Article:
Addison’s disease is a disorder of the adrenal glands in which adrenal hormone production is insufficient. The condition may result from damage to the glands by infection, cancer or drugs, or the cause may not be known. Pituitary gland disease may also cause adrenal insufficiency.
Insufficient adrenal hormones can upset the body’s conservation of sodium (salt), reduce circulating blood volume, impair heart and kidney function, damage the heart muscle, and cause faulty sugar and fat metabolism. Decreased tolerance of stress is the primary characteristic of Addison’s disease.
Important Points in Treatment
Initial treatment of adrenal insufficiency is usually done in the hospital, due to the need for intravenous fluids and medication and frequent laboratory tests. Your pet will be released as soon as the disorder can be treated effectively at home. Lifetime treatment is usually needed.
Activity should be reduced during the initial recovery due to the pet’s inability to react properly to stress. Once the condition stabilizes, activity can be gradually increased to normal.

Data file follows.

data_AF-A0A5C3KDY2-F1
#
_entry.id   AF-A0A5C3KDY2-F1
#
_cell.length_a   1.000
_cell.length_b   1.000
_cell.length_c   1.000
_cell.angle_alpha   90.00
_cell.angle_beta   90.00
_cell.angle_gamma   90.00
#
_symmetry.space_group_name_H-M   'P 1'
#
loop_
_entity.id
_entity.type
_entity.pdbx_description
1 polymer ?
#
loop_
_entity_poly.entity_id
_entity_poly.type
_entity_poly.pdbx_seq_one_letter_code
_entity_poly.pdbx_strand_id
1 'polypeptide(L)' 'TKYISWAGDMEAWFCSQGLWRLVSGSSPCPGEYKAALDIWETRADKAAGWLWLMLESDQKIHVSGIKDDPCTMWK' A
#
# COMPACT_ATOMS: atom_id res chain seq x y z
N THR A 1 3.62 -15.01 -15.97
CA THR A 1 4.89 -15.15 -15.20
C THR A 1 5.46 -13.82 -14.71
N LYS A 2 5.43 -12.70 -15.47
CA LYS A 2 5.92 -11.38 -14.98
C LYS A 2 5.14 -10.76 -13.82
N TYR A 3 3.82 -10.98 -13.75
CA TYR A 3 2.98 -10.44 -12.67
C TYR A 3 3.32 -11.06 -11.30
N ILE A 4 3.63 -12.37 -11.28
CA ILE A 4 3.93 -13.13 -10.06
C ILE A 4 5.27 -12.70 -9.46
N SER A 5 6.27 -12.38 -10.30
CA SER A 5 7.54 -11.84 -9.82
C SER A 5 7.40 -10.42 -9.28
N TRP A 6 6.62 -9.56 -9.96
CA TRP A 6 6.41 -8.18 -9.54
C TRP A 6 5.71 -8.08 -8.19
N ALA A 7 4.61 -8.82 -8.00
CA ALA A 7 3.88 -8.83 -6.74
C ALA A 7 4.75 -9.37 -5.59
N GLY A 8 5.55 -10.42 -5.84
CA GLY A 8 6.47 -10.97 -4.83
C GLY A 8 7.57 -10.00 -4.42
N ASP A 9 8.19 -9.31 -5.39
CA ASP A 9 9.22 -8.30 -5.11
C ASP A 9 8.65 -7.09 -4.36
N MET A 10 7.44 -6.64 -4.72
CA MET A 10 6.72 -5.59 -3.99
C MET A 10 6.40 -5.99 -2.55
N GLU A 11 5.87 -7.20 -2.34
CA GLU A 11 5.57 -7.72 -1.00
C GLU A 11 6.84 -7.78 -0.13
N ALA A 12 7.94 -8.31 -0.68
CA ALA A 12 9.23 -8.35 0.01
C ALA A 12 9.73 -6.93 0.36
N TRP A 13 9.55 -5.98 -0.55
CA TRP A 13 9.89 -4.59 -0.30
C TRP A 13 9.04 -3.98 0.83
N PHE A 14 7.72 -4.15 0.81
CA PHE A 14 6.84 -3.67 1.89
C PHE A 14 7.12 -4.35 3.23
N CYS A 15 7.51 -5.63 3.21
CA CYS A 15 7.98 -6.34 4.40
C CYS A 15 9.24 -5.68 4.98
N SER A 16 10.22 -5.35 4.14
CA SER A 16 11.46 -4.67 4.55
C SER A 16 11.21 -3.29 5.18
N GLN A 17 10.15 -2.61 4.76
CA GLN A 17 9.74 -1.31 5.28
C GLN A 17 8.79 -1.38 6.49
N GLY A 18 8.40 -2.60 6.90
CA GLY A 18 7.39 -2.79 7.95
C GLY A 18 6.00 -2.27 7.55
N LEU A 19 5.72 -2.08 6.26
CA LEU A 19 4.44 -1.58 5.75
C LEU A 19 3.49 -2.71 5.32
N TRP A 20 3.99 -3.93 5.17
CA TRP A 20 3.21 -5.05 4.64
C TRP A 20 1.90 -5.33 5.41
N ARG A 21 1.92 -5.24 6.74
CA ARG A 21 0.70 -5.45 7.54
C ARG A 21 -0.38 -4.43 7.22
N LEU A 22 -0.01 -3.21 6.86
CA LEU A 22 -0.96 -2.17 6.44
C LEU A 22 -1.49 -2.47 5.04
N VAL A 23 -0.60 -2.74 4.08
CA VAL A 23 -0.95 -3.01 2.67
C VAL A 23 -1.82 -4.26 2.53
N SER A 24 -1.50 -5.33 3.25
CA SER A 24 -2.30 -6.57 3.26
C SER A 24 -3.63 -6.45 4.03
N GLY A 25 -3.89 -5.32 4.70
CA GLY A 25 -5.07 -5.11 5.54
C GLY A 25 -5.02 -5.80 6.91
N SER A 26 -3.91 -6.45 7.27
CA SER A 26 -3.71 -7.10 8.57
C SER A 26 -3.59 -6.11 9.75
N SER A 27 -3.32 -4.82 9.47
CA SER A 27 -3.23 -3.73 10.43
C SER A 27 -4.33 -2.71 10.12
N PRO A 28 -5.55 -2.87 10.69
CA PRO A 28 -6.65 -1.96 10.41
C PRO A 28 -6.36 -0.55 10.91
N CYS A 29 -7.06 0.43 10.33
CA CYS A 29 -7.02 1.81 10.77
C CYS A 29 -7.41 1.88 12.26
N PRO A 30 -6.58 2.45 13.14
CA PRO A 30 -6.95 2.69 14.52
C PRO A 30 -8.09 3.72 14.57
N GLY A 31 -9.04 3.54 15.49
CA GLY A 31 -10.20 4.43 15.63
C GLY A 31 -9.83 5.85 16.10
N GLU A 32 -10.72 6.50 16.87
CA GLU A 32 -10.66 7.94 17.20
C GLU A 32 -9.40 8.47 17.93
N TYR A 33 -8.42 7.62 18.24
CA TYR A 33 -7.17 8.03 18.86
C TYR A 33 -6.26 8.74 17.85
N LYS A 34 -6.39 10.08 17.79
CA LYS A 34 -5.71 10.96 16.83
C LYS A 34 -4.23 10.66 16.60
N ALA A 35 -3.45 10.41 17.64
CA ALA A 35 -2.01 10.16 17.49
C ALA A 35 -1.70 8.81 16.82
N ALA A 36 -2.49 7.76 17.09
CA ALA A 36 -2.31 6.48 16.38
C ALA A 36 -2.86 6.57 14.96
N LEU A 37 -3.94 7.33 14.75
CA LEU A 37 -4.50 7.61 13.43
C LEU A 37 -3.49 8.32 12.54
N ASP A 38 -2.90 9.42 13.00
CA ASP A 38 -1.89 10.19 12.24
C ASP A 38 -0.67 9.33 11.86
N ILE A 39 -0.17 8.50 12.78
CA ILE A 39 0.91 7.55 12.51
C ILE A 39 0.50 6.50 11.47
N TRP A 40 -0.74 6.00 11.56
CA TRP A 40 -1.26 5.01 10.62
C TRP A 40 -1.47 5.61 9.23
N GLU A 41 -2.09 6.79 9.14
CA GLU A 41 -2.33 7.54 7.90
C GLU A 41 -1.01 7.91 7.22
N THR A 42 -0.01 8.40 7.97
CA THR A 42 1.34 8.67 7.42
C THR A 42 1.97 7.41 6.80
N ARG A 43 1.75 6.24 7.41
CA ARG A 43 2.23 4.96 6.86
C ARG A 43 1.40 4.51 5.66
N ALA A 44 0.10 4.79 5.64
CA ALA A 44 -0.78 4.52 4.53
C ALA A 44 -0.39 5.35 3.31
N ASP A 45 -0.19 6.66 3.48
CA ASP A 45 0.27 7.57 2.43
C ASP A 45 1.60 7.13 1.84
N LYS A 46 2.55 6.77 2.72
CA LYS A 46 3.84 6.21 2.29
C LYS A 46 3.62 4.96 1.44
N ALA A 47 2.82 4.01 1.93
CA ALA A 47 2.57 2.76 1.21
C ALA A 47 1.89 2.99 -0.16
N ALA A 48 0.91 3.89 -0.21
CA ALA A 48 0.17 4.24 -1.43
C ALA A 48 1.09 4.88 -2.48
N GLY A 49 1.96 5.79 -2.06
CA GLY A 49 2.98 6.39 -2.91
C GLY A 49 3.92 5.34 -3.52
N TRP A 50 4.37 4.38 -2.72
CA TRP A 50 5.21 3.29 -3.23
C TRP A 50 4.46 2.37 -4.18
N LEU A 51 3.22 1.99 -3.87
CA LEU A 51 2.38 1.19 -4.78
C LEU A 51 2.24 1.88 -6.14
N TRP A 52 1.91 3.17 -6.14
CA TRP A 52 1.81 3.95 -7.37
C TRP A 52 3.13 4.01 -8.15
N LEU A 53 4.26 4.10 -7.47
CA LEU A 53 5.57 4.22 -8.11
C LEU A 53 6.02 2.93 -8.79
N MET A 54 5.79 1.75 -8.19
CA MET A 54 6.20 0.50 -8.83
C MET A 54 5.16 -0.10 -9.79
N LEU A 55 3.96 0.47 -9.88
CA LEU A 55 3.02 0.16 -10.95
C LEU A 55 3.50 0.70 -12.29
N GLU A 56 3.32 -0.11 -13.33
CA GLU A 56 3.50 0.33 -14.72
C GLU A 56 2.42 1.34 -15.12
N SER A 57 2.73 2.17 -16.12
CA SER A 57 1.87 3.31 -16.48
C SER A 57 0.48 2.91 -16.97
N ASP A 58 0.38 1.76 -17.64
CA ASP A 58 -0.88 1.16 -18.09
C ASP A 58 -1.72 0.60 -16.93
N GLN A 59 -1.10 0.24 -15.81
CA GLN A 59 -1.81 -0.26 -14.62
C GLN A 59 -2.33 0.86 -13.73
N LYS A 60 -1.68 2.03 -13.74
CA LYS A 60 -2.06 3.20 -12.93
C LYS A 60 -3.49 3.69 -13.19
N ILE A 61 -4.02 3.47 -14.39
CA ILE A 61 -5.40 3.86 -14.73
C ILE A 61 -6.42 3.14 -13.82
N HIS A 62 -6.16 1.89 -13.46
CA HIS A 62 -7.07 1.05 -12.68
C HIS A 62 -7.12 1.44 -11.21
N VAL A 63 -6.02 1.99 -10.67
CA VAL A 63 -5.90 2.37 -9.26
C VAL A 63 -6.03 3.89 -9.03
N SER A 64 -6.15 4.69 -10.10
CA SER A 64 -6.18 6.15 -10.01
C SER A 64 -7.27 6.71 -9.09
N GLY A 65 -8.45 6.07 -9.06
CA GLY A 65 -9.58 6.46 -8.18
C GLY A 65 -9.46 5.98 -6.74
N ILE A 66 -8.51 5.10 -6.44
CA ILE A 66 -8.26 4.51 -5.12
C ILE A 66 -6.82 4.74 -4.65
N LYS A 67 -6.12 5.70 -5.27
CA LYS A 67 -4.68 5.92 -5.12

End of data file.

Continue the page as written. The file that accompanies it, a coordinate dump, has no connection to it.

Medication should be given as directed and the pet should always have access to fresh water. Dietary changes are not usually required, but occasionally some pets require salt supplementation.
Notify your veterinarian if any of the following occur:
- Your pet vomits or has diarrhea
- Your pet seems overly thirsty and urinates frequently or has “accidents”
- Your pet has periods of well-being interrupted by brief episodes of illness, weakness or depression
- Your pet is depressed